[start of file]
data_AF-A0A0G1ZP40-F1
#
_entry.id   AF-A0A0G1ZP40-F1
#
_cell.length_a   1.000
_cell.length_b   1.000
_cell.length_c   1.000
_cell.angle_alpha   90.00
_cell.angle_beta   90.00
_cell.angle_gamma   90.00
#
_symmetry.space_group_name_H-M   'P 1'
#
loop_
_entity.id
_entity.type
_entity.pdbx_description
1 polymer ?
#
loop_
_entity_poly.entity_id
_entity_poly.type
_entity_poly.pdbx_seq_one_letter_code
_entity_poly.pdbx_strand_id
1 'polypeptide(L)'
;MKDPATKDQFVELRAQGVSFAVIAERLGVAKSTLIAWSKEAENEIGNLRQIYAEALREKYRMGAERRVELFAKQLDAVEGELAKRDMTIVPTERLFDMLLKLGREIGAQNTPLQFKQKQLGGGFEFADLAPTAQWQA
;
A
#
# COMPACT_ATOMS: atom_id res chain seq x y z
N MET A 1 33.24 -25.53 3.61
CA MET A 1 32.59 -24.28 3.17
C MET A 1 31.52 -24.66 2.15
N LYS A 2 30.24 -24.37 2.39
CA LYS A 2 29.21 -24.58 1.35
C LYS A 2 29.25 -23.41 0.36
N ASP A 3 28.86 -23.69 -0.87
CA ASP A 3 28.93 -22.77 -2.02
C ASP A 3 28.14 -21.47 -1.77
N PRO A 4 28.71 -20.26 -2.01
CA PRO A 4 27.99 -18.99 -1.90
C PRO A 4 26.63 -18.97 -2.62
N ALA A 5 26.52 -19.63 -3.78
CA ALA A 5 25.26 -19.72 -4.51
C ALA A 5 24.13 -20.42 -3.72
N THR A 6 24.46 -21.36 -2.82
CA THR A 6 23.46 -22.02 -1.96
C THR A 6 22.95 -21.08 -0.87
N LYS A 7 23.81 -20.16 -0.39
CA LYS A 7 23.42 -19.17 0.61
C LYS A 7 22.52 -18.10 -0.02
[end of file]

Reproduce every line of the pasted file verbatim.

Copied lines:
data_AF-A0A0G1ZP40-F1
#
_entry.id   AF-A0A0G1ZP40-F1
#
_cell.length_a   1.000
_cell.length_b   1.000
_cell.length_c   1.000
_cell.angle_alpha   90.00
_cell.angle_beta   90.00
_cell.angle_gamma   90.00
#
_symmetry.space_group_name_H-M   'P 1'
#
loop_
_entity.id
_entity.type
_entity.pdbx_description
1 polymer ?
#
loop_
_entity_poly.entity_id
_entity_poly.type
_entity_poly.pdbx_seq_one_letter_code
_entity_poly.pdbx_strand_id
1 'polypeptide(L)'
;MKDPATKDQFVELRAQGVSFAVIAERLGVAKSTLIAWSKEAENEIGNLRQIYAEALREKYRMGAERRVELFAKQLDAVEGELAKRDMTIVPTERLFDMLLKLGREIGAQNTPLQFKQKQLGGGFEFADLAPTAQWQA
;
A
#
# COMPACT_ATOMS: atom_id res chain seq x y z
N MET A 1 33.24 -25.53 3.61
CA MET A 1 32.59 -24.28 3.17
C MET A 1 31.52 -24.66 2.15
N LYS A 2 30.24 -24.37 2.39
CA LYS A 2 29.21 -24.58 1.35
C LYS A 2 29.25 -23.41 0.36
N ASP A 3 28.86 -23.69 -0.87
CA ASP A 3 28.93 -22.77 -2.02
C ASP A 3 28.14 -21.47 -1.77
N PRO A 4 28.71 -20.26 -2.01
CA PRO A 4 27.99 -18.99 -1.90
C PRO A 4 26.63 -18.97 -2.62
N ALA A 5 26.52 -19.63 -3.78
CA ALA A 5 25.26 -19.72 -4.51
C ALA A 5 24.13 -20.42 -3.72
N THR A 6 24.46 -21.36 -2.82
CA THR A 6 23.46 -22.02 -1.96
C THR A 6 22.95 -21.08 -0.87
N LYS A 7 23.81 -20.16 -0.39
CA LYS A 7 23.42 -19.17 0.61
C LYS A 7 22.52 -18.10 -0.02